75 - One Way of Looking at the Binomial Theorem


ISSUE No. 75

A warm welcome to our new subscribers.
Vedic Mathematics is becoming increasingly popular as more and more people are introduced to the beautifully unified and easy Vedic methods. The purpose of this Newsletter is to provide information about developments in education and research and books, articles, courses, talks etc., and also to bring together those working with Vedic Mathematics. If you are working with Vedic Mathematics - teaching it or doing research - please contact us and let us include you and some description of your work in the Newsletter. Perhaps you would like to submit an article for inclusion in a later issue or tell us about a course or talk you will be giving or have given. If you are learning Vedic Maths, let us know how you are getting on and what you think of this system.

This issue's article is from Steven Vogel, a mechanical engineer from the US. The method shown in this article has an application in calculating compound interest that will be shown in the next newsletter.


The binomial theorem crops up in many interesting places in modern mathematics. It is used to expand a formula of the form (a + b)^n into individual terms. This formula has applications that range from combinatorial theory, solving certain types of probability problems, physics, and finance. You may recall the famous Pascal's Triangle, which can be used to solve for the binomial coefficients in an easy way:

      1 1
    1 2 1
  1 3 3 1
1 4 6 4 1

You may also recognize the formula:

"n choose k" not only gives you the individual coefficients, it also answers the question "how many different groups of k items can I make from a pool of n items." When the exponent of (a+b)^n is small, it's relatively easy to determine the coefficients by either Pascal's Triangle or the formula above. When the exponent n is large, however, the n! terms become very large and unwieldy. Can you imagine drawing out Pascal's Triangle for (a+b)^52 to determine how many groups of 5 cards can be drawn from a deck of 52 cards, or taking the factorial of 52 without a calculator?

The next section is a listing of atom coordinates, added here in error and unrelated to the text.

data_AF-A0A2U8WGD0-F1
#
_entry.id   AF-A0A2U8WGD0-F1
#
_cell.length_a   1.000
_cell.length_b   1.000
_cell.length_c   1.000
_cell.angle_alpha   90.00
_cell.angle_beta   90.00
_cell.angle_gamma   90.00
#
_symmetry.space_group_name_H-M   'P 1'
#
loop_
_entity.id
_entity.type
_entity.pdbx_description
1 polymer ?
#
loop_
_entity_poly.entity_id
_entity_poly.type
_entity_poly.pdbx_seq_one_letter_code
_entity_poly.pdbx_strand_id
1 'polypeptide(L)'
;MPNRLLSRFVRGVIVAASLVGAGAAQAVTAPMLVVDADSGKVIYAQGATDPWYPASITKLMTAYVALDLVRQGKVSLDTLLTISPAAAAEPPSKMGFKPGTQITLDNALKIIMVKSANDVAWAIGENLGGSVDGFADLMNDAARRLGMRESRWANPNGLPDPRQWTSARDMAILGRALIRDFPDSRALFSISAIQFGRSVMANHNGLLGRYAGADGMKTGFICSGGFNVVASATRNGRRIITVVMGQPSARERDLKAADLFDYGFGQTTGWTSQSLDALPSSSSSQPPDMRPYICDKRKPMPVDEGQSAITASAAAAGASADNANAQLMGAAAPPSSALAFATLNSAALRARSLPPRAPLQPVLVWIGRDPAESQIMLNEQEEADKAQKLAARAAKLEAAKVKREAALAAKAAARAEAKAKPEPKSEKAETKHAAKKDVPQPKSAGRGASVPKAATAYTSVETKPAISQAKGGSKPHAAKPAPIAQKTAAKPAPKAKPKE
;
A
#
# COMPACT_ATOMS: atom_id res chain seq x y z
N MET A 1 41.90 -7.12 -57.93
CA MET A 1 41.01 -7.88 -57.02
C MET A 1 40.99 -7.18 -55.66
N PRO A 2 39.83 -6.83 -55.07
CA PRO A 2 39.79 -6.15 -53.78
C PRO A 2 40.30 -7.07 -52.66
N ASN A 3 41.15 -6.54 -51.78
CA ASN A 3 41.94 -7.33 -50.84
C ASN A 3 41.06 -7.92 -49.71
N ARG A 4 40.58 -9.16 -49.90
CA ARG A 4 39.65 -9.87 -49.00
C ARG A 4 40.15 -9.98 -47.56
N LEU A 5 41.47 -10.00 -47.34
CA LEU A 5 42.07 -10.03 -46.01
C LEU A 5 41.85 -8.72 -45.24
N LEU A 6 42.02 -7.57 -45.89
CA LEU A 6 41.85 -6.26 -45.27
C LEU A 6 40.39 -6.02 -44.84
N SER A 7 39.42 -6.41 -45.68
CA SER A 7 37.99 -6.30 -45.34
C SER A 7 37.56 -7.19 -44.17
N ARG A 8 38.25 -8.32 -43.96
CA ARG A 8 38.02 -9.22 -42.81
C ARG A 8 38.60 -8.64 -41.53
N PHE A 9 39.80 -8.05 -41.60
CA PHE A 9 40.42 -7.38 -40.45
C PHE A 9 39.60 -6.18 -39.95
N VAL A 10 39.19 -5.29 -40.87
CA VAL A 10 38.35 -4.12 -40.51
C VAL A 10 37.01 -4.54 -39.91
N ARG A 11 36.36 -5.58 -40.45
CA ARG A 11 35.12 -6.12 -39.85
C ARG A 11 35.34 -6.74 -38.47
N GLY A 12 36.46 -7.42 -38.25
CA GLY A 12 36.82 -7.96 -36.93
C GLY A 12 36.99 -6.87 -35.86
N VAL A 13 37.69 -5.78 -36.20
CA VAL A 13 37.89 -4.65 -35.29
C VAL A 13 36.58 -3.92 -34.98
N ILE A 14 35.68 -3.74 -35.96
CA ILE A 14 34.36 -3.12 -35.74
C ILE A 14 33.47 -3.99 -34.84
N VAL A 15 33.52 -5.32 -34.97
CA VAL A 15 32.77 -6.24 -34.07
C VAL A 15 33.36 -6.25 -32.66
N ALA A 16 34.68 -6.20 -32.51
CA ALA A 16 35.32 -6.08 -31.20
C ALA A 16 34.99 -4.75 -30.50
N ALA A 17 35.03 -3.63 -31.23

At the end of chapter 32 of his book Vedic Mathematics, Bharati Krsna tells us that the binomial theorem is important, that it has many uses, and that it has a Vedic form which is more comprehensive than the current one. We will never know for sure what his method was, but I'm sure it would have been cleaner and easier than taking the factorials of large numbers. Certainly if there were a way we should be able to think about it and remember it using the sutras.

When you look closely at the equation above, you realize that many of the terms in the denominator can be divided out of the numerator, greatly reducing the effort required. Take the terms of (a+b)^4, which are shown in the last line of the triangle above. One method that I have found helpful for arriving at these terms is to use the two sutras "by one less than the one before" and "by one more than the one before." If you start with a 1, the following procedure leads to all of the binomial coefficients:

1 * 4 / 1 = 4
4 * 3 / 2 = 6
6 * 2 / 3 = 4
4 * 1 / 4 = 1

You can see how the multiplier decreases by one each time, while the divisor increases by one each time. By taking the previous term and multiplying and dividing, it is possible to arrive at each term in order.